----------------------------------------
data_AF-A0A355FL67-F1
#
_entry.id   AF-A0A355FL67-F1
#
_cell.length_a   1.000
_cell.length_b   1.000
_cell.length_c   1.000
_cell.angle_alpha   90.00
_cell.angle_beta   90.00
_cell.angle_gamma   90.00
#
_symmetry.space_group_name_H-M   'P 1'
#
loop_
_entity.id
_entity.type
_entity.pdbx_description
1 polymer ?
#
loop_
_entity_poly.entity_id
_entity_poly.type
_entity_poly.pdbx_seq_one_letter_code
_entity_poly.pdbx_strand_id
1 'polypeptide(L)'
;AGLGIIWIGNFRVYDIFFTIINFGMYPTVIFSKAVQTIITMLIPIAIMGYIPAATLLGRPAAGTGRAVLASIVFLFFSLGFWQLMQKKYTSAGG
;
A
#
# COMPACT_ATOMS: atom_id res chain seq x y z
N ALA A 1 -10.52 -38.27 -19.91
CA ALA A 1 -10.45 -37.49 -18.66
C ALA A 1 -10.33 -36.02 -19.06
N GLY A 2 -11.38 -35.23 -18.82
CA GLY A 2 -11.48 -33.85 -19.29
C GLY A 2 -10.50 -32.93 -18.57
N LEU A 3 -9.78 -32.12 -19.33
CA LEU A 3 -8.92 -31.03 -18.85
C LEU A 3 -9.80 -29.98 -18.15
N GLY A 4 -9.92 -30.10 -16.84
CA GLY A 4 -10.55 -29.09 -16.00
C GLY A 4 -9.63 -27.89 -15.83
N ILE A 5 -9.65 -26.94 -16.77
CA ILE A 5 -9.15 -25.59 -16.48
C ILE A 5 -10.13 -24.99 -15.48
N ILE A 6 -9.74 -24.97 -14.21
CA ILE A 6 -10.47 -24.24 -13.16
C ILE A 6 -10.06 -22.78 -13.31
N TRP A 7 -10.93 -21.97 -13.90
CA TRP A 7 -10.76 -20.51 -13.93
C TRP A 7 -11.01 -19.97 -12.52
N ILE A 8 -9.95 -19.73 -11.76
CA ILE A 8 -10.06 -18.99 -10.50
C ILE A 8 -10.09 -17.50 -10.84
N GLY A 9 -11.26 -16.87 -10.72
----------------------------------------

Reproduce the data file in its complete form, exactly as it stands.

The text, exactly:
data_AF-A0A355FL67-F1
#
_entry.id   AF-A0A355FL67-F1
#
_cell.length_a   1.000
_cell.length_b   1.000
_cell.length_c   1.000
_cell.angle_alpha   90.00
_cell.angle_beta   90.00
_cell.angle_gamma   90.00
#
_symmetry.space_group_name_H-M   'P 1'
#
loop_
_entity.id
_entity.type
_entity.pdbx_description
1 polymer ?
#
loop_
_entity_poly.entity_id
_entity_poly.type
_entity_poly.pdbx_seq_one_letter_code
_entity_poly.pdbx_strand_id
1 'polypeptide(L)'
;AGLGIIWIGNFRVYDIFFTIINFGMYPTVIFSKAVQTIITMLIPIAIMGYIPAATLLGRPAAGTGRAVLASIVFLFFSLGFWQLMQKKYTSAGG
;
A
#
# COMPACT_ATOMS: atom_id res chain seq x y z
N ALA A 1 -10.52 -38.27 -19.91
CA ALA A 1 -10.45 -37.49 -18.66
C ALA A 1 -10.33 -36.02 -19.06
N GLY A 2 -11.38 -35.23 -18.82
CA GLY A 2 -11.48 -33.85 -19.29
C GLY A 2 -10.50 -32.93 -18.57
N LEU A 3 -9.78 -32.12 -19.33
CA LEU A 3 -8.92 -31.03 -18.85
C LEU A 3 -9.80 -29.98 -18.15
N GLY A 4 -9.92 -30.10 -16.84
CA GLY A 4 -10.55 -29.09 -16.00
C GLY A 4 -9.63 -27.89 -15.83
N ILE A 5 -9.65 -26.94 -16.77
CA ILE A 5 -9.15 -25.59 -16.48
C ILE A 5 -10.13 -24.99 -15.48
N ILE A 6 -9.74 -24.97 -14.21
CA ILE A 6 -10.47 -24.24 -13.16
C ILE A 6 -10.06 -22.78 -13.31
N TRP A 7 -10.93 -21.97 -13.90
CA TRP A 7 -10.76 -20.51 -13.93
C TRP A 7 -11.01 -19.97 -12.52
N ILE A 8 -9.95 -19.73 -11.76
CA ILE A 8 -10.06 -18.99 -10.50
C ILE A 8 -10.09 -17.50 -10.84
N GLY A 9 -11.26 -16.87 -10.72